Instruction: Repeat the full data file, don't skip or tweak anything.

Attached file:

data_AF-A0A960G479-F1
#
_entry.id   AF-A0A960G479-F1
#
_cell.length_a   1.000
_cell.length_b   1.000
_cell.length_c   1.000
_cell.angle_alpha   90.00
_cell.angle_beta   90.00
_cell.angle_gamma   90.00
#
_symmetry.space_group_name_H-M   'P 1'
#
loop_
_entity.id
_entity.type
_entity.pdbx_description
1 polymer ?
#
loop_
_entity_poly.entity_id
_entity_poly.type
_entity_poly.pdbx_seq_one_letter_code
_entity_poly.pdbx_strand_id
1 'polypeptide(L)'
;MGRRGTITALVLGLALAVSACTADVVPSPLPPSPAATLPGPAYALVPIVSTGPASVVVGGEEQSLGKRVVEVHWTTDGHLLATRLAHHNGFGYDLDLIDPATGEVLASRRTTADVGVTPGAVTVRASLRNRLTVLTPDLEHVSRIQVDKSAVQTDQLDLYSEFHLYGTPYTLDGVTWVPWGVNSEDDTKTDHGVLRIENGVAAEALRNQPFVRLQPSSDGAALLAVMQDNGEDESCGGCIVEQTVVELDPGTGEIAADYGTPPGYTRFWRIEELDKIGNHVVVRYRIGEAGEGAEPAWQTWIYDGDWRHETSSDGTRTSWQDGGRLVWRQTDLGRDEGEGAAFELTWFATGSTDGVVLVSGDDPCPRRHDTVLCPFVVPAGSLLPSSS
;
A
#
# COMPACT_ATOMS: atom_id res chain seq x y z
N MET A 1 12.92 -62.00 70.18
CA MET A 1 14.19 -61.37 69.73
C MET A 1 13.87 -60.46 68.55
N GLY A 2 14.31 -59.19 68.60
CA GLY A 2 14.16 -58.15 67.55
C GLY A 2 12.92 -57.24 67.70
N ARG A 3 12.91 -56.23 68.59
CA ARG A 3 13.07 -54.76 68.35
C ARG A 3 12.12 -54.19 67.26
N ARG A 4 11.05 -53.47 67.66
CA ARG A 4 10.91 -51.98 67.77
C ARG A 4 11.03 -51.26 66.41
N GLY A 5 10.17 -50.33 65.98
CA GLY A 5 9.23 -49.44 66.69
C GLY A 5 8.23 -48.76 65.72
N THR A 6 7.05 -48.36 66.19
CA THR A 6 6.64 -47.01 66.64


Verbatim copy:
data_AF-A0A960G479-F1
#
_entry.id   AF-A0A960G479-F1
#
_cell.length_a   1.000
_cell.length_b   1.000
_cell.length_c   1.000
_cell.angle_alpha   90.00
_cell.angle_beta   90.00
_cell.angle_gamma   90.00
#
_symmetry.space_group_name_H-M   'P 1'
#
loop_
_entity.id
_entity.type
_entity.pdbx_description
1 polymer ?
#
loop_
_entity_poly.entity_id
_entity_poly.type
_entity_poly.pdbx_seq_one_letter_code
_entity_poly.pdbx_strand_id
1 'polypeptide(L)'
;MGRRGTITALVLGLALAVSACTADVVPSPLPPSPAATLPGPAYALVPIVSTGPASVVVGGEEQSLGKRVVEVHWTTDGHLLATRLAHHNGFGYDLDLIDPATGEVLASRRTTADVGVTPGAVTVRASLRNRLTVLTPDLEHVSRIQVDKSAVQTDQLDLYSEFHLYGTPYTLDGVTWVPWGVNSEDDTKTDHGVLRIENGVAAEALRNQPFVRLQPSSDGAALLAVMQDNGEDESCGGCIVEQTVVELDPGTGEIAADYGTPPGYTRFWRIEELDKIGNHVVVRYRIGEAGEGAEPAWQTWIYDGDWRHETSSDGTRTSWQDGGRLVWRQTDLGRDEGEGAAFELTWFATGSTDGVVLVSGDDPCPRRHDTVLCPFVVPAGSLLPSSS
;
A
#
# COMPACT_ATOMS: atom_id res chain seq x y z
N MET A 1 12.92 -62.00 70.18
CA MET A 1 14.19 -61.37 69.73
C MET A 1 13.87 -60.46 68.55
N GLY A 2 14.31 -59.19 68.60
CA GLY A 2 14.16 -58.15 67.55
C GLY A 2 12.92 -57.24 67.70
N ARG A 3 12.91 -56.23 68.59
CA ARG A 3 13.07 -54.76 68.35
C ARG A 3 12.12 -54.19 67.26
N ARG A 4 11.05 -53.47 67.66
CA ARG A 4 10.91 -51.98 67.77
C ARG A 4 11.03 -51.26 66.41
N GLY A 5 10.17 -50.33 65.98
CA GLY A 5 9.23 -49.44 66.69
C GLY A 5 8.23 -48.76 65.72
N THR A 6 7.05 -48.36 66.19
CA THR A 6 6.64 -47.01 66.64